By James Maher
Name: Edward “Eak the Geek” Arrocha.
Occupation: Coney Island Circus Performer
Location: East River Promenade, East River Park.
Time: 3:30 on Friday, May 17.
I’m a suburban kid. I was born in downtown Mexico City but I grew up in a neighborhood called Lomas Verdes, which was known to be the most ‘Fresa,’ which would be the equivalent of the word square, suburban neighborhood in Mexico City. My dad’s a lawyer from Mexico and my mom’s a professor from the East Coast. I didn’t want to be a professor or a lawyer but you don’t really aspire to be a circus performer. I actually think I was the kid who had the balls to do what I wanted to do.
It was my lifelong dream to live here. I remember going to Times Square and thinking I wanted to be there. It was perverted and cool and weird. I moved to the East Village in the early 1990s and I’ve lived in the same apartment for 20 years. There used to be dealers in the building where I live. The prostitutes would sometimes be plying their trade in the halls at 4 in the morning. I always had a soft spot for the working girls. I kind of feel that in a lot of ways they’re somebody’s sister or somebody’s mother. I used to kick them out of the building but they always were nice to me. The dealers and the junkies and the working girls, I was always nice to them and they were always nice to me for whatever reason. The ones who were really nasty were the Johns. They had paid for it and would be like, “Mind your own business,” and I would go into my apartment and walk out with a baseball bat and that was it.
My first job here was as a street vendor, selling jewelry. I moved here to make it as an artist. I really was not into being a sideshow performer. I played in bands as a vocalist. I was into weird bands, anywhere from somewhat punk and hardcore to weird art bands. I was more of a screamer than anything else. I also wrote a lot of poetry and did a lot of poetry readings. I still write poetry — it’s kind of what I do. I write everyday. I’ve never really had a straight job. I didn’t want to become the hamster in the wheel going around and around in a circle. That, to me, was perhaps the most terrifying place to end up in.
I lost my street vending job and I needed a job badly, so this woman said they needed a ticket guy in Coney Island. It was incredible. There was so much energy and so much weirdness. There was such an intense vibe. It really was a war zone, although once you got to know people it was not a bad place.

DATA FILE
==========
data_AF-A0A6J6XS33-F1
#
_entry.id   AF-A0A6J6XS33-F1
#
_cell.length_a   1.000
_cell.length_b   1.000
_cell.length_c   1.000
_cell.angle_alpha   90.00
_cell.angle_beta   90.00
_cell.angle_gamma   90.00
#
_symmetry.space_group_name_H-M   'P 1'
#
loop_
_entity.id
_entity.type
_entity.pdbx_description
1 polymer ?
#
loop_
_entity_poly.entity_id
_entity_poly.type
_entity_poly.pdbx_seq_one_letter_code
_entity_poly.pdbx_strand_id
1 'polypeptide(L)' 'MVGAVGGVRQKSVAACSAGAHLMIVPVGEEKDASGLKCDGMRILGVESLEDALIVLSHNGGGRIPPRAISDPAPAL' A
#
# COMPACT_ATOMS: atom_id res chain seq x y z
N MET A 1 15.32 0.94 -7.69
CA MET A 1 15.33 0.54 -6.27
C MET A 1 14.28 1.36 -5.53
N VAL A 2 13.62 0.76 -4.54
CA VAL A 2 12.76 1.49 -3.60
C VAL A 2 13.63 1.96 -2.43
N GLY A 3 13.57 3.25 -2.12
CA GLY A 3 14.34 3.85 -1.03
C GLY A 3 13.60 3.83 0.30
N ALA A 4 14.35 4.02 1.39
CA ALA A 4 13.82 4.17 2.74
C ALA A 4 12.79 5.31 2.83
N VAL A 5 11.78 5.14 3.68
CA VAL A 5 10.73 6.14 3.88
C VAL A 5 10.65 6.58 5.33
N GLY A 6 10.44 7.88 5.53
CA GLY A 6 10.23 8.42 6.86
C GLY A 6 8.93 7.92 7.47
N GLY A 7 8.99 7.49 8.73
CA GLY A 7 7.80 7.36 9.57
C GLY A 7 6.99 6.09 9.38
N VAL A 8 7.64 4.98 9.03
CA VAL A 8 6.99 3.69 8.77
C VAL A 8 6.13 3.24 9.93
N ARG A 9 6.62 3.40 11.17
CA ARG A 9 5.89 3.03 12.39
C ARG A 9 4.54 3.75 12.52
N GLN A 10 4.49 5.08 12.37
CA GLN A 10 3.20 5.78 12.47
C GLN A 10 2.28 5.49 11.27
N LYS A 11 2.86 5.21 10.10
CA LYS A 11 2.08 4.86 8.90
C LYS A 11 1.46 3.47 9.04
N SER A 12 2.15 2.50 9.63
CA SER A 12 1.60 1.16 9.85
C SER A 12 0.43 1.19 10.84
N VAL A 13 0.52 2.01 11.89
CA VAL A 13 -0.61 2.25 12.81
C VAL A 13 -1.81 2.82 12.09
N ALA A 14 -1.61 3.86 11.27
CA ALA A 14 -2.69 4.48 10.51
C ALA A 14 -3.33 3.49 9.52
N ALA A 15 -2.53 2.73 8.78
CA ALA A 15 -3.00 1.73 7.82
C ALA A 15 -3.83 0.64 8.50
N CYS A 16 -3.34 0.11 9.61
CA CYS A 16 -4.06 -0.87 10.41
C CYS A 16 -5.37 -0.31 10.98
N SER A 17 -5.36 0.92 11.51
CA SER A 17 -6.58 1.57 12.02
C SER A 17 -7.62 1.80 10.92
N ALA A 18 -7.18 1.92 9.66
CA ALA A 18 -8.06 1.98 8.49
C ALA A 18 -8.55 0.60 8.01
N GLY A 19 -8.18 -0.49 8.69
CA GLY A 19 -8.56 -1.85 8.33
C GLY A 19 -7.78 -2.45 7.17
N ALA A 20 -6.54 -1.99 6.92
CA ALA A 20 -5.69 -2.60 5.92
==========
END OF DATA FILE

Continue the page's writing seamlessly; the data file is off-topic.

The people I worked with were interesting but the people who really intrigued me were the people who hung out there. You’d have the kite flyers, the beach walkers, the beach combers, you had the people who would sit there and watch the sun all day, you’d have some old Italians who had been there for many years, you had the people from the projects who were really nice and coming to enjoy the beach. You had a wide variety of people that made up New York. No matter that they had all these gangs, it still had this nice and laid back vibe.
There was a big difference when I tattooed my face. A lot of people get really obsessed with the tattoos and then they start talking to me and realize I’m more than just the tattoos. When I tattooed my face I had to go work inside and there was a bed of nails and I said, ‘Oh, let me go do that.’ Little did I know that I would be Eak the Geek. I was the guy who got squeezed by the bed of nails. I was the pain proof man. It was one of the classical sideshow acts.
It was always really hard, hard, gritty work. There was a time when you would do 12, 45-minute shows a day. People would get very tired and beat up from doing the shows. It was not ideal working conditions. You spent a lot of your year with the five people in the backstage, that you’d see everyday, everyday, everyday. You were kind of a dysfunctional family. There was a lot of fighting and arguing.
After 15 years, when it stopped becoming a place for me to write about, that’s when it became time to leave. It had an interesting shelf life and then it became a job. I always liked fishing but I began to fish seriously in 2007 after I left the sideshow. The sideshow took so much of my time and life that I needed something to fill in the void.
What an amazing day to go fishing.
James Maher is a fine art and studio photographer based in the East Village. Find his website here.